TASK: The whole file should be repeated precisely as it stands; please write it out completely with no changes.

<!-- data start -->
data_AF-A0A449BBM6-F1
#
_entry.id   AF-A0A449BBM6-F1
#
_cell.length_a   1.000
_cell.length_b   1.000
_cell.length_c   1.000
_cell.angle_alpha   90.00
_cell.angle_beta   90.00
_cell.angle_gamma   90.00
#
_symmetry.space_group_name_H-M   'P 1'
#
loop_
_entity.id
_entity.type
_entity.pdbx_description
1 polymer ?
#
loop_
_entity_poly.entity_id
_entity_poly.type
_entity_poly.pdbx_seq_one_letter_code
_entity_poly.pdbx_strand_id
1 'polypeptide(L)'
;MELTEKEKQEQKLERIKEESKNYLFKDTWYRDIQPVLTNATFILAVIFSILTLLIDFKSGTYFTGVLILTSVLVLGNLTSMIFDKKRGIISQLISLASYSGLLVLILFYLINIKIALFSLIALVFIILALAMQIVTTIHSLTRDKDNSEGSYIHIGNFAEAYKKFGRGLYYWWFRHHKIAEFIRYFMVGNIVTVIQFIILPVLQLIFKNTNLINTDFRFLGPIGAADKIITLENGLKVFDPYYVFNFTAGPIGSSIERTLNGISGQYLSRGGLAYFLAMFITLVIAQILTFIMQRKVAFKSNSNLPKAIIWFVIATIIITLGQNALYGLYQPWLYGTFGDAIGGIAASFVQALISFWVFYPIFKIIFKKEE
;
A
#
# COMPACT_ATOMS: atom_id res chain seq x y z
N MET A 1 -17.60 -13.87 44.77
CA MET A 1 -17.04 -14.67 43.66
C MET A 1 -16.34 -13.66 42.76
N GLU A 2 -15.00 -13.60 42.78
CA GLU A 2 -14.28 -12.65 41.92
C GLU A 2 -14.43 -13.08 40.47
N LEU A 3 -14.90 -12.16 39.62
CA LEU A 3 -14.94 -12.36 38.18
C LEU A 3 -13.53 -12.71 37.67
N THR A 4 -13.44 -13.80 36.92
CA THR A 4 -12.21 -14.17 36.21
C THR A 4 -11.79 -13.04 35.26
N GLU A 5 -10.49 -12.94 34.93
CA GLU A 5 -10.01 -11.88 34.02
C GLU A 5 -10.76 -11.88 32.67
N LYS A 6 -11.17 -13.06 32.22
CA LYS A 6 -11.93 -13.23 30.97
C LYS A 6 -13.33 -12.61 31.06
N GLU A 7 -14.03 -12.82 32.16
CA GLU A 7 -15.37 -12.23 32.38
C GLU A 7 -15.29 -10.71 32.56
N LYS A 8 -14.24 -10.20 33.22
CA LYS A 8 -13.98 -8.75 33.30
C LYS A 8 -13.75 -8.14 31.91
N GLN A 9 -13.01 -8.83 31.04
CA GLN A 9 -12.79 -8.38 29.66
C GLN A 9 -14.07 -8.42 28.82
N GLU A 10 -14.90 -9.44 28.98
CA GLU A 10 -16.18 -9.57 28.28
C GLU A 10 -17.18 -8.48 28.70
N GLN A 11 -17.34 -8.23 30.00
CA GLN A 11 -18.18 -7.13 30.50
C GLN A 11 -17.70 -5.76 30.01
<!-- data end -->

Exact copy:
data_AF-A0A449BBM6-F1
#
_entry.id   AF-A0A449BBM6-F1
#
_cell.length_a   1.000
_cell.length_b   1.000
_cell.length_c   1.000
_cell.angle_alpha   90.00
_cell.angle_beta   90.00
_cell.angle_gamma   90.00
#
_symmetry.space_group_name_H-M   'P 1'
#
loop_
_entity.id
_entity.type
_entity.pdbx_description
1 polymer ?
#
loop_
_entity_poly.entity_id
_entity_poly.type
_entity_poly.pdbx_seq_one_letter_code
_entity_poly.pdbx_strand_id
1 'polypeptide(L)'
;MELTEKEKQEQKLERIKEESKNYLFKDTWYRDIQPVLTNATFILAVIFSILTLLIDFKSGTYFTGVLILTSVLVLGNLTSMIFDKKRGIISQLISLASYSGLLVLILFYLINIKIALFSLIALVFIILALAMQIVTTIHSLTRDKDNSEGSYIHIGNFAEAYKKFGRGLYYWWFRHHKIAEFIRYFMVGNIVTVIQFIILPVLQLIFKNTNLINTDFRFLGPIGAADKIITLENGLKVFDPYYVFNFTAGPIGSSIERTLNGISGQYLSRGGLAYFLAMFITLVIAQILTFIMQRKVAFKSNSNLPKAIIWFVIATIIITLGQNALYGLYQPWLYGTFGDAIGGIAASFVQALISFWVFYPIFKIIFKKEE
;
A
#
# COMPACT_ATOMS: atom_id res chain seq x y z
N MET A 1 -17.60 -13.87 44.77
CA MET A 1 -17.04 -14.67 43.66
C MET A 1 -16.34 -13.66 42.76
N GLU A 2 -15.00 -13.60 42.78
CA GLU A 2 -14.28 -12.65 41.92
C GLU A 2 -14.43 -13.08 40.47
N LEU A 3 -14.90 -12.16 39.62
CA LEU A 3 -14.94 -12.36 38.18
C LEU A 3 -13.53 -12.71 37.67
N THR A 4 -13.44 -13.80 36.92
CA THR A 4 -12.21 -14.17 36.21
C THR A 4 -11.79 -13.04 35.26
N GLU A 5 -10.49 -12.94 34.93
CA GLU A 5 -10.01 -11.88 34.02
C GLU A 5 -10.76 -11.88 32.67
N LYS A 6 -11.17 -13.06 32.22
CA LYS A 6 -11.93 -13.23 30.97
C LYS A 6 -13.33 -12.61 31.06
N GLU A 7 -14.03 -12.82 32.16
CA GLU A 7 -15.37 -12.23 32.38
C GLU A 7 -15.29 -10.71 32.56
N LYS A 8 -14.24 -10.20 33.22
CA LYS A 8 -13.98 -8.75 33.30
C LYS A 8 -13.75 -8.14 31.91
N GLN A 9 -13.01 -8.83 31.04
CA GLN A 9 -12.79 -8.38 29.66
C GLN A 9 -14.07 -8.42 28.82
N GLU A 10 -14.90 -9.44 28.98
CA GLU A 10 -16.18 -9.57 28.28
C GLU A 10 -17.18 -8.48 28.70
N GLN A 11 -17.34 -8.23 30.00
CA GLN A 11 -18.18 -7.13 30.50
C GLN A 11 -17.70 -5.76 30.01